I like forms that have repeating lines and I recently went on a 24-hour triolet jag. Wrote a half-dozen or so.

 

The villanelle seems to be a staple of creative writing classes.

 

I guess the repeating lines remind me of song forms -- which many poetic forms began their existence as anyway.

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Hey, Stack...
Does one have to be a regular in the HC
in order to participate in the forum's
online virtual open mic
?

 

 

 

All Harmony Central Forumites are welcome! Though it's held in the HCAG neighborhood and many HCAGers participate, you don't need to be a regular of HCAG.

 

It's held on the Second Sunday of each month. The next VOM is May 11. Please stop by, listen, contribute!

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To some extent. IIRC in HS we covered mostly form and structure (sonnet, ballad, sestina, couplets, terza rime) with some prosody, mostly in the context of form (assonance/consonance/rhyme patterns in Beowulf based on the metrical foot, iambic pentameter as the pivot between the blank verse of Shakespeare's plays and the rhymed verse of the Sonnets). In college you were pretty much supposed to already know that stuff; we mostly focused on building up higher level analyses of texts - what does it mean when Ezra Pound uses a meter commonly found only in troubadour Provencal.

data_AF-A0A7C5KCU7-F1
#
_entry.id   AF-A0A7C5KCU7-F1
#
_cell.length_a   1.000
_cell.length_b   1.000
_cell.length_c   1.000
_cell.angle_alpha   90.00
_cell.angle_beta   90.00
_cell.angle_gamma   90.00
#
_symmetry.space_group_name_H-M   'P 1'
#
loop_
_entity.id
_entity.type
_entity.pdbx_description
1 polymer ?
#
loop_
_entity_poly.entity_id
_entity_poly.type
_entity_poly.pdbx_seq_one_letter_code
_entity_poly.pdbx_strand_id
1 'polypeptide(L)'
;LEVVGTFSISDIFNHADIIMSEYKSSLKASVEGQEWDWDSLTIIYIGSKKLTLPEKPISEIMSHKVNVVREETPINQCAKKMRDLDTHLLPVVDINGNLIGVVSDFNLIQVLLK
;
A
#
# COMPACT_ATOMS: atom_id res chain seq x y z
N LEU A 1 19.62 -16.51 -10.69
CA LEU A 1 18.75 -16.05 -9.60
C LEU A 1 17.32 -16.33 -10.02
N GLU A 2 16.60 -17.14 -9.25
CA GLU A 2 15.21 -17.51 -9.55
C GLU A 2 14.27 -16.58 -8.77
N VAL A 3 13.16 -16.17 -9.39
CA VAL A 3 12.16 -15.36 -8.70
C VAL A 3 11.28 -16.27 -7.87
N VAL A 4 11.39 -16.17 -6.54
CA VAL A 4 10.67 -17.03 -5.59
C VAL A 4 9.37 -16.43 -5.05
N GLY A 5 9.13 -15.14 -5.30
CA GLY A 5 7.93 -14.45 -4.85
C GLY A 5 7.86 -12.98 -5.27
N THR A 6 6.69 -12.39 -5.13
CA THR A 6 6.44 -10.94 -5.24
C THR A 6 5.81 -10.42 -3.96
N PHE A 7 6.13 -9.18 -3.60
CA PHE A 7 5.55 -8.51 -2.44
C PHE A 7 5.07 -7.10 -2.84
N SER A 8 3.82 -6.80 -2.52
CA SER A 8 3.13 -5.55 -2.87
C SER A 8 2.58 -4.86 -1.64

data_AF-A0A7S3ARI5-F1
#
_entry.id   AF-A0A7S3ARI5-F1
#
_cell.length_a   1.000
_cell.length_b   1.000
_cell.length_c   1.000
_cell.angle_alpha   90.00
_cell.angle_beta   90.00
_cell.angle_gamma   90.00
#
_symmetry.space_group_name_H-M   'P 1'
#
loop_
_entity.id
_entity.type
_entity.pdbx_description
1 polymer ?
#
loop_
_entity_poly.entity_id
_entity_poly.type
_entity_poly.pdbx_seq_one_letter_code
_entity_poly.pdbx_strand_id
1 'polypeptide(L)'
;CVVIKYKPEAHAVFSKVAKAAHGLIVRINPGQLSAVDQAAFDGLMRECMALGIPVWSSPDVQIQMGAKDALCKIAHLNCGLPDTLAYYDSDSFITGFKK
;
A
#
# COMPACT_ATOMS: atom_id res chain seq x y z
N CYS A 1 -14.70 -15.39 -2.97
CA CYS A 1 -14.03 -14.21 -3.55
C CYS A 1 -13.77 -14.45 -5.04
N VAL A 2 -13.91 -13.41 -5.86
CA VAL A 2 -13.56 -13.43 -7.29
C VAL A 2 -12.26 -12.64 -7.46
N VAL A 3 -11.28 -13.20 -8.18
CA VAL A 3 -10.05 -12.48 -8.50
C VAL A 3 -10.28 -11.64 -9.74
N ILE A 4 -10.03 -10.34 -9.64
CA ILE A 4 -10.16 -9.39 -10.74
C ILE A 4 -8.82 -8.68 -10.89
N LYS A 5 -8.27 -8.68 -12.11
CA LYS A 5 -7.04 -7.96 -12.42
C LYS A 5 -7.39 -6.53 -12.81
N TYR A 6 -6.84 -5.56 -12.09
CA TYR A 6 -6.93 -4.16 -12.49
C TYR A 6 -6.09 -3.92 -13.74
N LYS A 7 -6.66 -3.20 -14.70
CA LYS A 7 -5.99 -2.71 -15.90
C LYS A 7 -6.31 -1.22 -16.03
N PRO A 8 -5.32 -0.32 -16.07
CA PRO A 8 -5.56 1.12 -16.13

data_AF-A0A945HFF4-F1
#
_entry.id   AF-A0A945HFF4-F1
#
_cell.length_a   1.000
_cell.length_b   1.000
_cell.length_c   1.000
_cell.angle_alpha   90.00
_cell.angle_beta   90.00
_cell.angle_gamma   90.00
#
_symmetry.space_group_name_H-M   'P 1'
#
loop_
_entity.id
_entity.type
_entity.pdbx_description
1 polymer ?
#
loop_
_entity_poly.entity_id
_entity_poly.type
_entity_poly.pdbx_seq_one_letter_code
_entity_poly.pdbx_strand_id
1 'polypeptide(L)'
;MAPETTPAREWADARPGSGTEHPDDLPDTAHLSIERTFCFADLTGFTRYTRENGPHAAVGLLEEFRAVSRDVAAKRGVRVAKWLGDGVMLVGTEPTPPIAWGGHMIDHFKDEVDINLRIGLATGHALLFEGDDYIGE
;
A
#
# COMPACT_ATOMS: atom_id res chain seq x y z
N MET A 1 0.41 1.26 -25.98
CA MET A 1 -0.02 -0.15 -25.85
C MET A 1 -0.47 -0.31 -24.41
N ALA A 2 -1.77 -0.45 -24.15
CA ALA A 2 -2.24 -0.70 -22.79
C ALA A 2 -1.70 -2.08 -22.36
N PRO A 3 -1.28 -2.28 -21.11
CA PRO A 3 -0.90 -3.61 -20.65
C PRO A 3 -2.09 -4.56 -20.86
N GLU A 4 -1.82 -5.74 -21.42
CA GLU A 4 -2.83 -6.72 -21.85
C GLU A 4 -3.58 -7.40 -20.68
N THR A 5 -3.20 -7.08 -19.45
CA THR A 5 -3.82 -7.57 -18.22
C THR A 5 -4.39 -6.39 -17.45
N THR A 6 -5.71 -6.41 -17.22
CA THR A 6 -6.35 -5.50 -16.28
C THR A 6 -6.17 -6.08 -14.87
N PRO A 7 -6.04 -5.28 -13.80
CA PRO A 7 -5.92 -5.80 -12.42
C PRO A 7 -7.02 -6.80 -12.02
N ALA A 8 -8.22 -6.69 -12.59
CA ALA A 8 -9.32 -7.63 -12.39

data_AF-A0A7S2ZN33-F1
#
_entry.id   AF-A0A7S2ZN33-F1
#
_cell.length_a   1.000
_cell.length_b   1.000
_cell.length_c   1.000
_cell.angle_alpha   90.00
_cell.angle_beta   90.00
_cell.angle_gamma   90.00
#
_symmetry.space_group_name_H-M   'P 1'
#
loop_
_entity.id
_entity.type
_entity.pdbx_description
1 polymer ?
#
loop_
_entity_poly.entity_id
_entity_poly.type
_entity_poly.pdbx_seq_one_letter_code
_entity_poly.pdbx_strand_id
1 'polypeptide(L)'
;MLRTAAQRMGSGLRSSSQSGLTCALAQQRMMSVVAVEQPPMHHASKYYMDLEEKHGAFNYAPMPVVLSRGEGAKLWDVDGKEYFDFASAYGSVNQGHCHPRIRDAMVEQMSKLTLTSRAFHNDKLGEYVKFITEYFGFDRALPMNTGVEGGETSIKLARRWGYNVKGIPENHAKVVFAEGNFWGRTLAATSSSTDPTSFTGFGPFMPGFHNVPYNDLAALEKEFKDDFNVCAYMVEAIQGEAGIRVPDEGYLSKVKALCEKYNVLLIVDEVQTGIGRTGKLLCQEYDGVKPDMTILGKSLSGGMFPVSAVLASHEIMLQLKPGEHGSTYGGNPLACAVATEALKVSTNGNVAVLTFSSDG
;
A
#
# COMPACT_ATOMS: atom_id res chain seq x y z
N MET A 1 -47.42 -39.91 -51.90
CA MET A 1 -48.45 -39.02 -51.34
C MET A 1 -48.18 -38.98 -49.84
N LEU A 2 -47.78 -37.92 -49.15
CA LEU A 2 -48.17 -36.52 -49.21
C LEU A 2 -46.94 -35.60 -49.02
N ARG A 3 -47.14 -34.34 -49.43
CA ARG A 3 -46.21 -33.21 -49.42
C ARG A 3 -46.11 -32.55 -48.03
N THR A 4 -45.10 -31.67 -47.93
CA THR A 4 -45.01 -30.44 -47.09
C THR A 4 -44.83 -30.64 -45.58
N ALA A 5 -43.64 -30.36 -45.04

As a practical matter, I'm basically agree with B2B - if it feels right.....

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All Harmony Central Forumites are welcome!
Though it's held in the HCAG neighborhood and many HCAGers participate, you don't need to be a regular of HCAG.


It's held on the Second Sunday of each month. The next VOM is May 11. Please stop by, listen, contribute!

 

 

Well... I've already started a charm offensive over there. Although I'm not really a hardware oriented guy... all that talk about multi-thousand dollar boutique guitars is kinda out of my league. But fitting in has never been high on any of my priority lists. (Which is why the career as an industrial spy had to be back-burnered.)

 

 

 

On the poetic forms thing... you are a lit major's lit major, aren't you? :D

 

 

 

 

Ram

 

You read Beowulf in high skool?!? Man... they didn't even want us to read Mark Twain. If it hadn't been for Mrs. Lee, who had been teaching in the district since the time of Teddy Roosevelt (give or take) we probably would have never heard of Shakespeare. Mrs. Lee did everything she could to make up for that, jamming in as many tragedies and comedies that 35 air-headed suburban whitebreaders would stay still for.